Ed Zhang, a familiar face on 15th Ave E (Images: CHS)
March 31st to be exact. That’s when owner Ed Zhang said he will close the 15th Ave E’s neighborhood’s Postal Plus after running the “contract postal unit” and retailer for 17 years. It could also present an opportunity for 15th Ave’s current pot shop to expand ahead of a major competitor opening across the street.
Zhang tells CHS he was recently notified by the building’s owner that rent at the 15th and Republican space would be doubling to match market value. The math to stay open, Zhang said, did not add up.
The US Post Office pays contract retailers like Zhang a flat fee, regardless of other expenses, to independently run a de-facto post office with the ability to offer other services. While the shop includes mailboxes, a UPS and FedEx drop-off, a notary, and retail component offering books and gifts, Zhang said those services would not be enough to cover the rent hike. Continue reading
The new look at 15th and Republican is finally nearing the end of construction (Image: CHS)
Angel in his old shop (Images: CHS)
“No, we haven’t talked about that,” Ray Angel
tells CHS in response to our jackass-level question about whether his about to re-open 105-year-old Seattle shoe repair business is planning any, um, joint promotions with new landlord Uncle Ike’s
Growing accustom to dumb pot jokes will only be part of the changes the Angel’s Shoe Repair cobbler will face when his shop in the overhauled building at 15th and Republican opens soon.
“It’s really a great thing he’s done for me,” Angel said about Ian Eisenberg’s offer to lease a small portion of the building where he is building the new Capitol Hill pot shop. Angel said he will have his own entrance and will be fully separated from the high security retail cannabis operation. He’ll have a little less space than his old location on E Republican but will fill the shop with his old machines and cobbler gear. Continue reading
Two Capitol Hill houses that have stood for more than 100 years are set to be designated official City of Seattle landmarks Monday afternoon. The Seattle City Council will vote on the final designations following approval at the committee level last week and previous approvals by the Landmarks Preservation Board.
UPDATE: As expected, both ordinances were passed by the full city council Monday.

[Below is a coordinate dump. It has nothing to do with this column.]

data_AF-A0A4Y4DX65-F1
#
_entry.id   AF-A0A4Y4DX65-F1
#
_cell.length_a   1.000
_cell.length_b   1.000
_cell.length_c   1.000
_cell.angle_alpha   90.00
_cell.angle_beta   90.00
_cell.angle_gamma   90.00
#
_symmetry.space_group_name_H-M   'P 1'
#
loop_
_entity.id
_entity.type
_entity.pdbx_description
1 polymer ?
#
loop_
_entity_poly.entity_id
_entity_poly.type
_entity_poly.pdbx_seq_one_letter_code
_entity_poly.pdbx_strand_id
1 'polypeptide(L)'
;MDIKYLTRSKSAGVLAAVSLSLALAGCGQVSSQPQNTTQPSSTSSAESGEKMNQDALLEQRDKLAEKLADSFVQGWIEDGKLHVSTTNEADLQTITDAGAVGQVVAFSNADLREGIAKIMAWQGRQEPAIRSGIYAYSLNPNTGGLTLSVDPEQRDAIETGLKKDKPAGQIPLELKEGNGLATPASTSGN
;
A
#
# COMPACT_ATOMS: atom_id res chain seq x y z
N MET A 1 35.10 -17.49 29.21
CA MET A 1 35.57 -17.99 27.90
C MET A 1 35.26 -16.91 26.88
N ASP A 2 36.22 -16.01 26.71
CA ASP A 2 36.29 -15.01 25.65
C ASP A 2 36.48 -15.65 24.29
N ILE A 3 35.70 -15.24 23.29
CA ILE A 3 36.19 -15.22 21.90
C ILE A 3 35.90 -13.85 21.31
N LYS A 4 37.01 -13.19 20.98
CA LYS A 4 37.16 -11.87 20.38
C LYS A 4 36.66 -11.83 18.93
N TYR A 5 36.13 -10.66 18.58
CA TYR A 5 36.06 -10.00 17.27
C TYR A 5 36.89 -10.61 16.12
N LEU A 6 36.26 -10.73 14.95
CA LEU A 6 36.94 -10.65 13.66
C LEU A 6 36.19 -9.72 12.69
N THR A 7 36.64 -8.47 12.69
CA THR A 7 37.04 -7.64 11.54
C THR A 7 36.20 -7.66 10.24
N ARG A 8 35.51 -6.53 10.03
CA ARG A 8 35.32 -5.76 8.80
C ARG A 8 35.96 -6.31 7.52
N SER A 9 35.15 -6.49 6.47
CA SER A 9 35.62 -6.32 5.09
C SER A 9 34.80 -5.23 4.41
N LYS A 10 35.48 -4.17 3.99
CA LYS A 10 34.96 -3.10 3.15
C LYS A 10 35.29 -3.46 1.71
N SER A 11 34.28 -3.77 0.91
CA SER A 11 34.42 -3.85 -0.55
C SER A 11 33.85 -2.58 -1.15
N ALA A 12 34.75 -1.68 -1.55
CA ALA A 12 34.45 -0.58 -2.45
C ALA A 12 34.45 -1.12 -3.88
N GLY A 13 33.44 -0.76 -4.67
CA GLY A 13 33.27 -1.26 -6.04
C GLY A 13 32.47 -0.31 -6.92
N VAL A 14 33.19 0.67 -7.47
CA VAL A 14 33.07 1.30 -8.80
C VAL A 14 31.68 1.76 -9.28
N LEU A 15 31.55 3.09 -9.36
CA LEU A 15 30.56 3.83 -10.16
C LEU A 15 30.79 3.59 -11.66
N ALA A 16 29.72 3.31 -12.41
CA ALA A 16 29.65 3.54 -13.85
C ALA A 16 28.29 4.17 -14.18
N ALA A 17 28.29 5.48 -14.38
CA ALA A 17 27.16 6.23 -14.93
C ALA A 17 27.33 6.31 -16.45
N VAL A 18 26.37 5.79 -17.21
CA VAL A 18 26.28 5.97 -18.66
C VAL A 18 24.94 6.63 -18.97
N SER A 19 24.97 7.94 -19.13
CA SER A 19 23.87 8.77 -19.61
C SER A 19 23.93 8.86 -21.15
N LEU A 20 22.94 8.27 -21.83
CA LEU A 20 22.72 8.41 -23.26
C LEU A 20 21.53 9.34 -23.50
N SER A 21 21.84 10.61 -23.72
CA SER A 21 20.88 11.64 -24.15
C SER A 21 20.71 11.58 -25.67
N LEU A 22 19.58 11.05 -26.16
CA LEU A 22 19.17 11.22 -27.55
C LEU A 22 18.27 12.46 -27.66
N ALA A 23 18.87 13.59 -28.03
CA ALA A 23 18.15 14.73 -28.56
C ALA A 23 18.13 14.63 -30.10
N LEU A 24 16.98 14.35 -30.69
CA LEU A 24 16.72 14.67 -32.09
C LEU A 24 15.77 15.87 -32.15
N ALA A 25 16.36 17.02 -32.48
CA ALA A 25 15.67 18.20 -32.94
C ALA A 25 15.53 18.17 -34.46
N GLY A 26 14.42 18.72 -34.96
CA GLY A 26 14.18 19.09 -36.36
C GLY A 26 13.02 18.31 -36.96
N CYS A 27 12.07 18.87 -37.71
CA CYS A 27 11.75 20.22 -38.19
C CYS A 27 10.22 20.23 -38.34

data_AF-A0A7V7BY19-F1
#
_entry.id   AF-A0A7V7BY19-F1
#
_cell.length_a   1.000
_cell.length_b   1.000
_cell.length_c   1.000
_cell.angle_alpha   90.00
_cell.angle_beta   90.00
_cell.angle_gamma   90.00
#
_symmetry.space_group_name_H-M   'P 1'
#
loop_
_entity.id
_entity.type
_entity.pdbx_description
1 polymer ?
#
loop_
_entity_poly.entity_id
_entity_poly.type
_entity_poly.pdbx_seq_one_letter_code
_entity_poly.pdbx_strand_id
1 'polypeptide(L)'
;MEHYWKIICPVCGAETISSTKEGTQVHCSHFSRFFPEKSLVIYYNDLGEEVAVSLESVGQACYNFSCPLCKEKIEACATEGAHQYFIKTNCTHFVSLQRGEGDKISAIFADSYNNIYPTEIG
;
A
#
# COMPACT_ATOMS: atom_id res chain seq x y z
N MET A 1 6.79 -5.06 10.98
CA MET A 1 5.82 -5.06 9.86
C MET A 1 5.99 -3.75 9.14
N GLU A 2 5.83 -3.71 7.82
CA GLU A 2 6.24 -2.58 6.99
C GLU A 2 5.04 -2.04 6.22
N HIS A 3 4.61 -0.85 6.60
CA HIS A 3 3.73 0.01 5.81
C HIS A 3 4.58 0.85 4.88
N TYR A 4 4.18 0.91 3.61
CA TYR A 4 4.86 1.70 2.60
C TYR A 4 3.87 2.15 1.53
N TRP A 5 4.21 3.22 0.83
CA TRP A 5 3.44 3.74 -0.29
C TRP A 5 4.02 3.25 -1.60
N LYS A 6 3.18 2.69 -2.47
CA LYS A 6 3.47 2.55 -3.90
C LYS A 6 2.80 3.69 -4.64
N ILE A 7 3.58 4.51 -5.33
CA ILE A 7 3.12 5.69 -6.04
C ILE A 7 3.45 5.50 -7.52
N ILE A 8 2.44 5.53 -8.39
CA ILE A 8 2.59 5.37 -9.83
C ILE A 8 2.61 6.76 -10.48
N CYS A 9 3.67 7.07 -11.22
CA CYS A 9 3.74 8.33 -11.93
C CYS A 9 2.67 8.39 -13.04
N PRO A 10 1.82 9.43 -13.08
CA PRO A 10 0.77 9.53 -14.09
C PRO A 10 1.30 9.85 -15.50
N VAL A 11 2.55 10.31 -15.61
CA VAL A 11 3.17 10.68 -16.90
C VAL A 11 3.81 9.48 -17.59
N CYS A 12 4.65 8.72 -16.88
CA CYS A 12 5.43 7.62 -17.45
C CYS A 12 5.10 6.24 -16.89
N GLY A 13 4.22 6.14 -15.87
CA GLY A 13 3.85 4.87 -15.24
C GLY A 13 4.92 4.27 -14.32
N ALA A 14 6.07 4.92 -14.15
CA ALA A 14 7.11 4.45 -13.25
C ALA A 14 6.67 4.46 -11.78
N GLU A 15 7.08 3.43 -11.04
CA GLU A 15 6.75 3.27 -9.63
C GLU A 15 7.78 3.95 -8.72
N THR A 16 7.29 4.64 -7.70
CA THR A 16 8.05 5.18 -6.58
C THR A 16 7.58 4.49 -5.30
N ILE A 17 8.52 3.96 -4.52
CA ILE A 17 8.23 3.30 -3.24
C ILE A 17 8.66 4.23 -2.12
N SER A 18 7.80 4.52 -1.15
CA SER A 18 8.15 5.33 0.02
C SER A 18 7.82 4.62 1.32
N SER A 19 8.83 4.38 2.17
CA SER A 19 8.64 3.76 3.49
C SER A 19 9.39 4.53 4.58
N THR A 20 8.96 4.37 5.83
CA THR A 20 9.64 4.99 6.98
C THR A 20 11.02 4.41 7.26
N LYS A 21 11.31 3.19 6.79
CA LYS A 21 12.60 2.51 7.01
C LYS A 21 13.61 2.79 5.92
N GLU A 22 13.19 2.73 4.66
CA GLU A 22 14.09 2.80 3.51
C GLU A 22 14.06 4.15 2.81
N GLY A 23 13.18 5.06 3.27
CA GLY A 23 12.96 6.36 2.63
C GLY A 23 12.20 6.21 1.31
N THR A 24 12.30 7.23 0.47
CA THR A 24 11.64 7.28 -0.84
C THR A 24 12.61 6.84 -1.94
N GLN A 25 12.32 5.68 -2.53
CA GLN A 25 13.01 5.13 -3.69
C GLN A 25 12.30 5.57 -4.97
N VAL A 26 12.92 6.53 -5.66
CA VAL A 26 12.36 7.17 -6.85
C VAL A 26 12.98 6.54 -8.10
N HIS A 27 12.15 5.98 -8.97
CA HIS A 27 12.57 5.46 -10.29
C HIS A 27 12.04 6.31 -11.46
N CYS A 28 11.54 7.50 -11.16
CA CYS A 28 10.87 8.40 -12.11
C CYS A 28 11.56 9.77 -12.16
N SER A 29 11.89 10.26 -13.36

The structures share vastly different recent histories but both will now be afforded protections that should preserve the structures even as the city’s much needed multi-family development continues to flow around them. Continue reading
Developers are ready to trade a 15th Ave E parking lot for a new 36-unit apartment building. Now, they hope to convince the review board they have the finishing touches necessary to do the job.
The Wren building will take its second and likely final pass in front of the East Design Review Board Wednesday night after getting kicked back in the process in July for a design proposal that lacked in the “materials and detailing” department on its 15th Ave E-facing façade. “The Board struggled with how the design relates to adjacent buildings and creates its own sense of place and identity,” the report (PDF) on the July session reads.
Wednesday night, developer Isola Homes and the architects from Caron Architecture will come to the table with a plan for cedar siding and aluminum that they hope convinces the board the four-story, 36-unit project with a planned 1,400 feet of commercial space is ready to move forward. Continue reading
Friedman crafting a craft cocktail (Image: Liberty)
Friedman and his daughter watch as a TV reporter interviews a minimum wage activist outside Liberty in 2014 (Image: CHS)
15th Ave E is a place where businesses tend to stick around. The neighborhood commercial district is still home to a century-old cobbler and one of the area’s longest standing mechanics. Ten years ago it was still supporting a church-run thrift shop called Trinkets & Treasures.
The wicker furniture and dusty vinyl records left in 2006, but in its place came a bar that has become a neighborhood institution in its own right. This month Liberty celebrates 3,800+ consecutive days of business on Capitol Hill.
Owner Andrew Friedman has been at the helm every one of those days and plans to continue being a constant presence even as ownership changes loom for the cocktail and sushi lounge. “I really enjoy the community aspect of a neighborhood bar,” Friedman said.
The craft cocktail craze was still a few years off in Seattle when Friedman opened Liberty in 2006. Having prior service industry experience, Friedman decided to take a shot at opening a bar when he walked by15th Ave space and noticed it had become available. “I knew I wanted to open a bar … I was dreaming of being on Capitol Hill,” he said.
A mighty mite of the Capitol Hill food+drink scene is about to get a little bigger.
Hammers are pounding away at 15th Ave E’s Teriyaki Madness as the longtime takeout joint is expanding.
CHS didn’t learn much about the business behind the busy worker-bee food and drink stop but we did confirm that work is underway to expand the teriyaki shop into the space left empty by the exit of a neighboring pot dispensary as the state’s medical marijuana system was merged into its recreational pot economy. Gyro Cafe will continue to operate next door. We’re told Teriyaki Madness Capitol Hill is no relation to the Teriyaki Madness in Kirkland nor a franchise of Teriyaki Madnesses that operate on the West Coast. We don’t know how long it has been operating on 15th Ave E but we expect you’re about to tell us.
The construction permit calls for our Teriyaki Madness to expand into the retail space to its north to add more seating for the tiny but busy walk-up.
The expanded teriyaki joint is in the midst of lots of activity on its busy block of 15th Ave E. Earlier this year, architects from Board and Vellum took over and totally redesigned the old credit union to the north for their new office space. Upstairs, Seattle Area Support Groups and Community Center has settled in to continue its long running mission of building communities around specific HIV issues and other recovery assistance like addiction.